The following is a summary of “Association of Pretreatment Circulating Tumor Tissue–Modified Viral HPV DNA With Clinicopathologic Factors in HPV-Positive Oropharyngeal Cancer” published in the October 2022 issue of Otolaryngol Head Neck Surgery by Rettig et al.

A dynamic, clinically meaningful biomarker for human papillomavirus (HPV)-positive oropharyngeal squamous cell carcinoma is circulating tumor tissue-modified viral (TTMV) HPV Deoxyribonucleic acid (DNA). Researchers didn’t know why there was such a big variation in pretreatment results from patient to patient. The purpose of the study was to define the clinicopathologic features of TTMV HPV DNA. Patients with HPV-positive oropharyngeal squamous cell carcinoma who were being treated with the hope of a complete recovery were included in this cross-sectional study conducted at the Dana-Farber Cancer Institute in Boston, Massachusetts, between December 2019 and January 2022. Exposures Demographic factors, tumor, and nodal staging, HPV genotype, and imaging findings are all part of the clinicopathologic profile. Using a digital droplet polymerase chain reaction-based assay, the presence or absence of circulating TTMV HPV DNA from any of the 5 genotypes (16, 18, 31, 33, and 35) were categorized as either detectable (40 fragments/mL) or undetectable (40 fragments/mL) prior to therapy.

There were 110 total patients, with a mean standard deviation (SD) age of 62.2 (9.4) years; 87% were male; 95% were White; and the mean (SD) race was White. With a median interquartile range(IQR) score of 315 (47-2686) fragments/mL (range, 0-60 061 fragments/mL), circulating TTMV HPV DNA was identified in 98 patients (89%). To date, 86 individuals (or 88% of the total) have been found to have TTMV HPV DNA of genotype 16, while 12 patients (12% of the total) had TTMV HPV DNA of genotypes other than 16. Clinical N stage was the strongest predictor of detecting TTMV HPV DNA in circulation. Only 4 of the 11 patients with clinical stage N0 disease (36% ) had detectable DNA, while 95% of the 99 patients with clinical stage N1 to N3 disease had DNA (percentage difference, 59%; 95% CI, 30%-87%). A majority of patients (7 of 12; 58%) with undetectable TTMV HPV DNA also had clinical stage N0 illness.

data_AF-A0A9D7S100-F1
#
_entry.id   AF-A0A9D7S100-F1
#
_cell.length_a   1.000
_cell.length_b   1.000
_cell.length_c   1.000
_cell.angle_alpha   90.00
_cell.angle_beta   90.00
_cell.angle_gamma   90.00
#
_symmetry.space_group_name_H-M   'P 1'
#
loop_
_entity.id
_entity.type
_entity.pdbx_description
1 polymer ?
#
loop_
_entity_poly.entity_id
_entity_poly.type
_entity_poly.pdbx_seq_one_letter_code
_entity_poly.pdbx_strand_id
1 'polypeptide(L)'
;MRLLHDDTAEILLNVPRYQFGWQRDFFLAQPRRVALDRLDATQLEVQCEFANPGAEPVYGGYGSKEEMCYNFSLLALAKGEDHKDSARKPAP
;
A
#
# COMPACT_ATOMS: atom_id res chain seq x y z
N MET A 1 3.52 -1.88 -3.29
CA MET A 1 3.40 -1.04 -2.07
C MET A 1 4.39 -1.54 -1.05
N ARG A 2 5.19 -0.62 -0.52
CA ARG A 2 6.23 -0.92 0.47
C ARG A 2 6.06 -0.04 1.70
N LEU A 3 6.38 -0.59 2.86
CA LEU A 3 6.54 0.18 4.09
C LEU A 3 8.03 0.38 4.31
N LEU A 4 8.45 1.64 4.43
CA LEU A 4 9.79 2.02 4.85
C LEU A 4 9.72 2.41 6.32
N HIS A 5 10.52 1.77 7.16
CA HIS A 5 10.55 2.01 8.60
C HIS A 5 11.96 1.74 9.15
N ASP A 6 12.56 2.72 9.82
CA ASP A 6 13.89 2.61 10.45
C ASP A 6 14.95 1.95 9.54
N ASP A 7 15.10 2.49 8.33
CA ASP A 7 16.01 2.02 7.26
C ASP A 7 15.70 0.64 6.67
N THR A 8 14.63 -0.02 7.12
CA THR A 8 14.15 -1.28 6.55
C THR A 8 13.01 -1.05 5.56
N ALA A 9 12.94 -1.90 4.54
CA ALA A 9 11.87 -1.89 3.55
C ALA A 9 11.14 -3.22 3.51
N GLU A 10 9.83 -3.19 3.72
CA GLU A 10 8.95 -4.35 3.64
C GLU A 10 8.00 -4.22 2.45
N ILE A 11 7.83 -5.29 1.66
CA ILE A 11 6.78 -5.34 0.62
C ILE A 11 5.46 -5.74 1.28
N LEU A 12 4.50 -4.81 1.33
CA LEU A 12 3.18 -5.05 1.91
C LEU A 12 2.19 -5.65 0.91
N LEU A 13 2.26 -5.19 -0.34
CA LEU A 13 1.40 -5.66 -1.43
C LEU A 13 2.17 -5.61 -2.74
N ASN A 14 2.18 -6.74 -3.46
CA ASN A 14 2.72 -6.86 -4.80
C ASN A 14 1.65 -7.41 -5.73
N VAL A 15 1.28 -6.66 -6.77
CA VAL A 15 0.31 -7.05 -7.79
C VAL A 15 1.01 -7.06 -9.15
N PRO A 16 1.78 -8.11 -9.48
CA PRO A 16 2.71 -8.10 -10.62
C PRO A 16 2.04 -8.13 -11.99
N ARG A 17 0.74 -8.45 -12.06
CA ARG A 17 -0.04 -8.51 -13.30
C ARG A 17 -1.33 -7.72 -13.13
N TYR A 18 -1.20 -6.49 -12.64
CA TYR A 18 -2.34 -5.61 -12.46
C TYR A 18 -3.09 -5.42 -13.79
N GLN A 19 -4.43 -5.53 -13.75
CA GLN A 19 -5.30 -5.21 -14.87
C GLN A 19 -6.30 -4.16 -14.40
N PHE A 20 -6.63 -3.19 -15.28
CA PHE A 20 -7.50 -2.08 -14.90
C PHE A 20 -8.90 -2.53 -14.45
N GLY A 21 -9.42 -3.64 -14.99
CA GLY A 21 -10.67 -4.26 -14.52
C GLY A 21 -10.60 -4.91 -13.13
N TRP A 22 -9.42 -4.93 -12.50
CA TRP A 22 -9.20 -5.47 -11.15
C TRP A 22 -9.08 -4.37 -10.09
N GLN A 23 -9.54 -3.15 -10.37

With increasing clinical nodal stage, biggest lymph node diameter, and nodal maximum standardized uptake value on positron emission tomography/computed tomography, the prevalence and score of TTMV HPV DNA also rose. In multivariate analysis, TTMV HPV DNA score was substantially related to clinical nodal stage and nodal maximal standardized uptake value. 27 of the patients who had surgical intervention contained detectable TTMV HPV DNA, with those with lymphovascular invasion having a higher prevalence (12 of 12 [100%] vs. 9 of 15 [60%]). Nodal illness upon diagnosis of HPV-positive OPSCC was strongly linked with circulating TTMV HPV DNA in this cross-sectional investigation. It appears that assay sensitivity for diagnostic purposes may be poorer among patients without cervical lymphadenopathy, given the few patients with undetectable levels had largely clinical stage N0 illness. More research is needed to understand the mechanisms underlying this connection and the use of this biomarker for monitoring patients with undetectable baseline values.